Students in the Commonwealth Christmas tree mix
The youngest members of the Barbadian society have not been left out of the Christmas celebrations being hosted by The Royal Commonwealth Society.
Christmas in the Square is back, and today prior to the lighting of the trees, Loop visited the scene and saw some teachers and students putting the final touches of their trees.
A. Dacosta Edwards Primary, which is an amalgamation of six St. Andrew schools, was assigned the island of Malta.
"We asked the children to go home and do a little bit of research and come back and tell us what they found out about the country. We basically used what they said. So there is ‘Carnival’ hence why we have the masks. It has a booming fishing industry so we have the fishing boats. They’re Christian like us so that’s all the angels and they are mostly catholic, so they focused a lot of the crib and the nativity scene, so we did some mangers. We showed the flag and then all the balls and stuff like stars we put Malta on them. They also created some people,” explained Class 1 teacher, Maria Hoyte.
In addition to wire and card, the students re-used CDs and popsicle sticks.
Hoyte said that it was a whole-school project. “It went straight through the school. The Class 4s did the boats and the mangers. The Receptions did the candles. Class 1 did the angels and people and masks. Nursery did the stars with the word ‘Malta’. Class 2s and Infants did the flags and some of the other balls as well.”
Not sure what each student will take away, but speaking in terms of her Class 1 group, she said that they compared Malta with Barbados and learnt the similarities, instead of focusing on the differences.
Maria Holder Trust Nursery at Gall Hill was assigned two countries.
Smiling while adding string to the decorations this afternoon, teacher Stacia Archer-Clarke said, “They [our children] worked on everything! We had Seychelles and Bangladesh. We did tigers for Bangladesh and magpies and water lilies. For Seychelles they have facts, sea shells, turtles, coconut trees and the black parrot.”
On each tree they added some facts about the countries along with stars and bells to keep the trees festive.
Laughing, she said she's just praying that the children remember their trees, even if they don’t remember the facts.
Across the Chamberlain Bridge in Heroes Square are the countries which have been decorated to represent the parishes of Barbados.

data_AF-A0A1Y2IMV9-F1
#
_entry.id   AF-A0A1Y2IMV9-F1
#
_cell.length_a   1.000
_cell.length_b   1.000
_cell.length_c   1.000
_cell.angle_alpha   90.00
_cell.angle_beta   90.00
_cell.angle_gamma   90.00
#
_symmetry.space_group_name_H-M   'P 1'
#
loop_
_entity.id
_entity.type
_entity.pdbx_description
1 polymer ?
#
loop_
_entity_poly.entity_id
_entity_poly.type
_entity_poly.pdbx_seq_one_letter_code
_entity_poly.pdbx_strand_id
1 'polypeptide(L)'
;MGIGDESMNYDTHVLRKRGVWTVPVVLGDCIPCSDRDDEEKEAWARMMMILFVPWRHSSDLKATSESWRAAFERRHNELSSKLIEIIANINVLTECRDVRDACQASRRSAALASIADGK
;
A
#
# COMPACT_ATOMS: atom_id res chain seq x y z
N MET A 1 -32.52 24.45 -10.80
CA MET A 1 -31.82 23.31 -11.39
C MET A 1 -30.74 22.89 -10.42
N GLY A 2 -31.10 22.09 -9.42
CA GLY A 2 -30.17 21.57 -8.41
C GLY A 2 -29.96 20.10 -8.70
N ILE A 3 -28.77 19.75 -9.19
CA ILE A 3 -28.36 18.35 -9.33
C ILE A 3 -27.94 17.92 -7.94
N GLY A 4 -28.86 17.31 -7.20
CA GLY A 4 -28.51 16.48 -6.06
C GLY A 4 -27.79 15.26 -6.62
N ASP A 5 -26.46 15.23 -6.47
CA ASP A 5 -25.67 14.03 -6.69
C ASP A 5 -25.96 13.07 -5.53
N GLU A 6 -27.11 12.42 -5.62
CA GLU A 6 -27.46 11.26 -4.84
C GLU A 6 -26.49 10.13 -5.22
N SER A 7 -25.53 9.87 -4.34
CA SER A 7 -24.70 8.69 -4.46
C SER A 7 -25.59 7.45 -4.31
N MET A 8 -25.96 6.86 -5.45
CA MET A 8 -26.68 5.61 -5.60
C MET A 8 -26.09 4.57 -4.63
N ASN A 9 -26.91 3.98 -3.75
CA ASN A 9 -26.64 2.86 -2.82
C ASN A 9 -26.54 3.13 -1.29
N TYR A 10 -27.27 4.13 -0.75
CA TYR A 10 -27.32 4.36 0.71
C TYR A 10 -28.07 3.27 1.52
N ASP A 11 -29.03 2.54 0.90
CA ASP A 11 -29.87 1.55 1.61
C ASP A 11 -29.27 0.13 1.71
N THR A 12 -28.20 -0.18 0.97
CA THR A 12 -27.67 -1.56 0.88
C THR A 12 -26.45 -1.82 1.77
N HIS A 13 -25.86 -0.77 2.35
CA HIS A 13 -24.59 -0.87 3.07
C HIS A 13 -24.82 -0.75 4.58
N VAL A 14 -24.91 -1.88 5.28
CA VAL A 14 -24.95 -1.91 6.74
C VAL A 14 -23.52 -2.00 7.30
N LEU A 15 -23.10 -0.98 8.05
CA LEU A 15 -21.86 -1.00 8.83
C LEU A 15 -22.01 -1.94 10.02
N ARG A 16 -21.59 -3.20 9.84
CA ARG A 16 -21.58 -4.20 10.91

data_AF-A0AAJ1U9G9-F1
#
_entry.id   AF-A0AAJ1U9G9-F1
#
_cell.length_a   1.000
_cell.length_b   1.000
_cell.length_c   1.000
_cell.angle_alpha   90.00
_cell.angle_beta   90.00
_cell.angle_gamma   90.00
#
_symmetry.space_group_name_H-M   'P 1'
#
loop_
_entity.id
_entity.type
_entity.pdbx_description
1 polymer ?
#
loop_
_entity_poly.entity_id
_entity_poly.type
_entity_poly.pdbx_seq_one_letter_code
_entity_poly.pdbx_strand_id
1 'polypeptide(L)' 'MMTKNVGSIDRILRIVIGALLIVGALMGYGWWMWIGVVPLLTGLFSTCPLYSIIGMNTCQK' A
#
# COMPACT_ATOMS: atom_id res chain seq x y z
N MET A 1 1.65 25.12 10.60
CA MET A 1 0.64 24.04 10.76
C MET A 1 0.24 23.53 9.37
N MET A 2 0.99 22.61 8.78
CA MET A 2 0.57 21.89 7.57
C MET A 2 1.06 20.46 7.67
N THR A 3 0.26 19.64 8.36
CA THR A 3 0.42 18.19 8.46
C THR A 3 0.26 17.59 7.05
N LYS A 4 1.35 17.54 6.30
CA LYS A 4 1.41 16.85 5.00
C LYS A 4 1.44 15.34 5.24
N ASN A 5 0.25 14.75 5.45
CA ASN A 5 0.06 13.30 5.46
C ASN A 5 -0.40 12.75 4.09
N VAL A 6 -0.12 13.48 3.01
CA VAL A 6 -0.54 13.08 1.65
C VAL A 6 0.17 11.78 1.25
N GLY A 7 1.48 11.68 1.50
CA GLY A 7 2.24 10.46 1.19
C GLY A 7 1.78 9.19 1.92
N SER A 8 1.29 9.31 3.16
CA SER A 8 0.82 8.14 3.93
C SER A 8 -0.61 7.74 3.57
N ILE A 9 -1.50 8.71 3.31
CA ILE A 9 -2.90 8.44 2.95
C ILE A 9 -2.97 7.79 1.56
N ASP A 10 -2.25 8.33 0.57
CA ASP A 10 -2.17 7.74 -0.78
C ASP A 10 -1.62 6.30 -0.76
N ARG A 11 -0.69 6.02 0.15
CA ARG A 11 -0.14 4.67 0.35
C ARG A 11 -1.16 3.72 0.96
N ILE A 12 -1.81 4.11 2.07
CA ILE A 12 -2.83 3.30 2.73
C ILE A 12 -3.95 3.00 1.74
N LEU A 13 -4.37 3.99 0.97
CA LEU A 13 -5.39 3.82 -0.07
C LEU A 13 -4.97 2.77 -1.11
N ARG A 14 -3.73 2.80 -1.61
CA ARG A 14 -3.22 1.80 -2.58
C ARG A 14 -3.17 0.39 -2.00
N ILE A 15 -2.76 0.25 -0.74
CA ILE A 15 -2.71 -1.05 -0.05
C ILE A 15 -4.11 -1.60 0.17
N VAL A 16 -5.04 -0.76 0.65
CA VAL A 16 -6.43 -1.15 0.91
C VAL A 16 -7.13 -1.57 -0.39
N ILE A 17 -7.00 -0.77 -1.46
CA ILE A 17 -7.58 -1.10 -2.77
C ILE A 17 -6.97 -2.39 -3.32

St. Mark’s Primary was given St. Andrew and they used sand to indicate the beaches and sandpit. They created pottery and incorporated windmill decorations to showcase the Morgan Lewis Windmill. They have the rock at Barclays Park, and the St. Andrew Parish Church, as well as facts about the parish and the Saint, all around their tree which is located across from the gates of the Parliament buildings.
Principal Stephanie Bennett was assisting students and teachers with the decorations, and she pointed out the green monkey decorations as well, saying that they even attached ‘the beard’ of the Bearded Fig Tree, which grows in that parish. At the top of the tree was the cross of St. Andrew.
The Principal also shared that added to the tree are fat porks which many students only saw on sale in Bridgetown but never actually knew that they grow on vines in St. Andrew.
Hillaby Turner’s Hall decorated their tree to depict Harrison’s Cave because they have St. Thomas. They also have cows and fruits on their tree. The dolls on the tree represent some of the old people who came to town on Saturday mornings to sell their produce in baskets. That said, baskets are also on the tree. Teacher Ruth Critchlow said that the dolls also represent the craft that you can get from vendors in St. Thomas.
Parents and guardians are being asked by the teachers to take their children and wards to Bridgetown during the Christmas break to take photos in Independence Square and Heroes Square.
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